Around menopause, estrogen and progesterone levels begin to decline which can create a shift in hormone balance. Over 50% of women experience symptoms ranging from mood swings to hot flashes. Most symptoms are short-lived, lasting on average for a period, but longer in a small number of women. To find relief from the sometimes painful and inconvenient symptoms of menopause many women regularly turned to hormone replacement therapy (HRT).
Now with changing attitudes about HRT, the question remains: what is HRT? Keep reading to find out about HRT and how it may affect you.
What Is HRT?
An anti-aging therapy to improve hormone imbalance in both men and women HRT is often used to treat symptoms of menopause such as night sweats, vaginal dryness, hot flashes, mood swings, and loss of libido. In addition, it can help with weight loss, elevate libido, improve muscle tone and decrease andropause, which is more commonly known as male andropause. Available in a variety of forms from pellets to creams, HRT is currently available in many forms such as gels, creams, rings, and patches, but is most commonly taken in pill form. These include two main types:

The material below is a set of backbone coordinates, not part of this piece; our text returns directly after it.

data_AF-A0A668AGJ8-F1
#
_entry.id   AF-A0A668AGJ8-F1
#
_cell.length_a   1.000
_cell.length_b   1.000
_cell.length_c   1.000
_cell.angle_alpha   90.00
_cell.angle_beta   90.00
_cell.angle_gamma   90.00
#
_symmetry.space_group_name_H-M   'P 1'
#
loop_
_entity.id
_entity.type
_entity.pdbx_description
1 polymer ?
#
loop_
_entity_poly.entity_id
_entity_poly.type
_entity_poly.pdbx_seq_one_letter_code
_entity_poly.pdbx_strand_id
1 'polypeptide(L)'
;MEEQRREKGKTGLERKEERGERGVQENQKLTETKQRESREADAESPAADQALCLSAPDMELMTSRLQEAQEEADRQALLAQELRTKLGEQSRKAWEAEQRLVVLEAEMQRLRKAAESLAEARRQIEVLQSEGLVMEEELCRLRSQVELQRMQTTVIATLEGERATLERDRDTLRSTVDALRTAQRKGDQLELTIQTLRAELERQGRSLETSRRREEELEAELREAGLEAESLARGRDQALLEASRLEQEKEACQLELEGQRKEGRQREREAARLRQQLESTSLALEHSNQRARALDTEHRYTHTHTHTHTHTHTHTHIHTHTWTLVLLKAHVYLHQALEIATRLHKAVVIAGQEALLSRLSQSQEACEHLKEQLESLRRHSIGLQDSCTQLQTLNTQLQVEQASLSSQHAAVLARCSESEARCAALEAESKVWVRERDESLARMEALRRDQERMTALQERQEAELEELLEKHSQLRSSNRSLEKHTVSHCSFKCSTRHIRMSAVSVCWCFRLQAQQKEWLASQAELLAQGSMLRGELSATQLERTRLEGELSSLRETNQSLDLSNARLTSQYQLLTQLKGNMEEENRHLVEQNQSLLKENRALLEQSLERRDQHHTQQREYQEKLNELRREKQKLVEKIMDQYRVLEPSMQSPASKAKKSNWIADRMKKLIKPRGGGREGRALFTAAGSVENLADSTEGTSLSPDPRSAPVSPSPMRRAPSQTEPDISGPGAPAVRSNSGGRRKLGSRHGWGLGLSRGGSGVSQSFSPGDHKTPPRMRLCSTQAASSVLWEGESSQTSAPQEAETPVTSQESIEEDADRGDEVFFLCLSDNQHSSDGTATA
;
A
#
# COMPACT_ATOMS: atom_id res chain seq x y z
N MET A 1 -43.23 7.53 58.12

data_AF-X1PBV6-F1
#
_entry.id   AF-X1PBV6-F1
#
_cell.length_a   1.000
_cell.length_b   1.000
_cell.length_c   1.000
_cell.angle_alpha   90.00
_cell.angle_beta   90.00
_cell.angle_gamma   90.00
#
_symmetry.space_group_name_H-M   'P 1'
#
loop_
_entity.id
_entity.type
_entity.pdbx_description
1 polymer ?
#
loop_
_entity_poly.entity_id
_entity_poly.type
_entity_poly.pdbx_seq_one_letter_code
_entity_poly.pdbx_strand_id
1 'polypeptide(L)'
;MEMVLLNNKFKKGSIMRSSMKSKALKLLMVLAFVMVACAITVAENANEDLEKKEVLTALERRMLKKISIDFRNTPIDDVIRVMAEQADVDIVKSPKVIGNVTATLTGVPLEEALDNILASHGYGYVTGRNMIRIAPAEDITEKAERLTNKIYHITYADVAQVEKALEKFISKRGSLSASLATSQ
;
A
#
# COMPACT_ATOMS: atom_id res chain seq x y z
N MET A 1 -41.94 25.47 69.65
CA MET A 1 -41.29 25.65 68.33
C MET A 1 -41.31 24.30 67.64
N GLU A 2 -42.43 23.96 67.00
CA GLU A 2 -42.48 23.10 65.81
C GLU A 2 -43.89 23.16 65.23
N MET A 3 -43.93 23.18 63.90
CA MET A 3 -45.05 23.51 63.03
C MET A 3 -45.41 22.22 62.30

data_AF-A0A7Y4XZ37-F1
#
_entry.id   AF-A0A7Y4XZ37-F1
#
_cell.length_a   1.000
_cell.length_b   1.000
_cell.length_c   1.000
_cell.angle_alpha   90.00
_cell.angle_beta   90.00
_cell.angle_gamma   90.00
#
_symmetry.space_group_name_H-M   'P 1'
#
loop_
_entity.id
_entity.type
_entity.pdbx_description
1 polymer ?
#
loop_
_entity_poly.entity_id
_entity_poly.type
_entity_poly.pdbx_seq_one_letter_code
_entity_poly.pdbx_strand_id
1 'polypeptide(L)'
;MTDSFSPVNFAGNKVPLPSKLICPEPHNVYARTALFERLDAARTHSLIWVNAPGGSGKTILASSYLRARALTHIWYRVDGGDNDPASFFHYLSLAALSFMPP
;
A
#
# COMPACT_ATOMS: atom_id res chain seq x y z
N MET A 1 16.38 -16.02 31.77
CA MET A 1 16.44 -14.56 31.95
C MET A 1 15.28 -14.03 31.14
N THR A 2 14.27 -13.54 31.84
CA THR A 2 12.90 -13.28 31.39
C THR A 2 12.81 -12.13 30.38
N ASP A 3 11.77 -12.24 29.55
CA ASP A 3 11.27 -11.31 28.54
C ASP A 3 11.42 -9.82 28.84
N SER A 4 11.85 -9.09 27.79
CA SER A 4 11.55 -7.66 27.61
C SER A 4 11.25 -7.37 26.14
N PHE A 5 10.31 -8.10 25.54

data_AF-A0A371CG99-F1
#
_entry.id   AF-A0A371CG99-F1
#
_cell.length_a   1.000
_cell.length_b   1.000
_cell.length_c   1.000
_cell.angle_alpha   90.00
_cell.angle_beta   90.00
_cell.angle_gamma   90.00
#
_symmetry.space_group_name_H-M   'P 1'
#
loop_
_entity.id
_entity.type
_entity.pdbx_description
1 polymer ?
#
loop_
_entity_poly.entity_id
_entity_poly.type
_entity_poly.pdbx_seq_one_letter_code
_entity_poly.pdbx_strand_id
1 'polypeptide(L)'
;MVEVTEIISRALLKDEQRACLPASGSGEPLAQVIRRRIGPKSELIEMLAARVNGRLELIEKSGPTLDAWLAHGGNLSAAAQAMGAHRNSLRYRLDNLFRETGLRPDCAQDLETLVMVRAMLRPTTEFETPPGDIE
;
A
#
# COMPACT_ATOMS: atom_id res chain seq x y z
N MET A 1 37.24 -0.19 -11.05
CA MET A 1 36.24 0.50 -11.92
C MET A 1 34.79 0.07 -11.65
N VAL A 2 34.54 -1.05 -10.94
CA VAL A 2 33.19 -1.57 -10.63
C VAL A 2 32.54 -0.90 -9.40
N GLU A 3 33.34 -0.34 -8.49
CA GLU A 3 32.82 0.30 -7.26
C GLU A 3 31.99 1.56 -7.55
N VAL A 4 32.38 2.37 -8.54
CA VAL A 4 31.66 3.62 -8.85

- Estrogen without progestin (man-made progesterone)
- Combination of estrogen and progestin
Is HRT Right for Me?
Navigating the symptoms of menopause is never easy. For sufferers who have experienced moderate to severe menopausal symptoms, loss of bone density, have lost normal function of their ovaries or stopped having periods before age 40, the benefits of short-term therapy may outweigh the risks.
For women experiencing postmenopausal symptoms, long-term therapy is no longer regularly recommended. Yet for women taking estrogen for short-term relief from symptoms of menopause, there are benefits, which include:
- Cardiovascular disease. If taken early during perimenopause, estrogen can decrease the associated risks of heart disease.
- Osteoporosis. Studies show that HRT can help to decrease the loss of bone density that occurs after menopause. HRT should not be used as the first step in treatment except for women entering perimenopause since it poses increased risks.
- Sleep disturbances. The improvements with vasomotor symptoms can help to elevate mood and decrease sleep disturbances.
Despite the risks, estrogen is still considered one of the best practices for treating menopausal symptoms. Depending on your symptoms, it is recommended to consult with your doctor before deciding if HRT is right for you. Click here to find more information about HRT and menopause.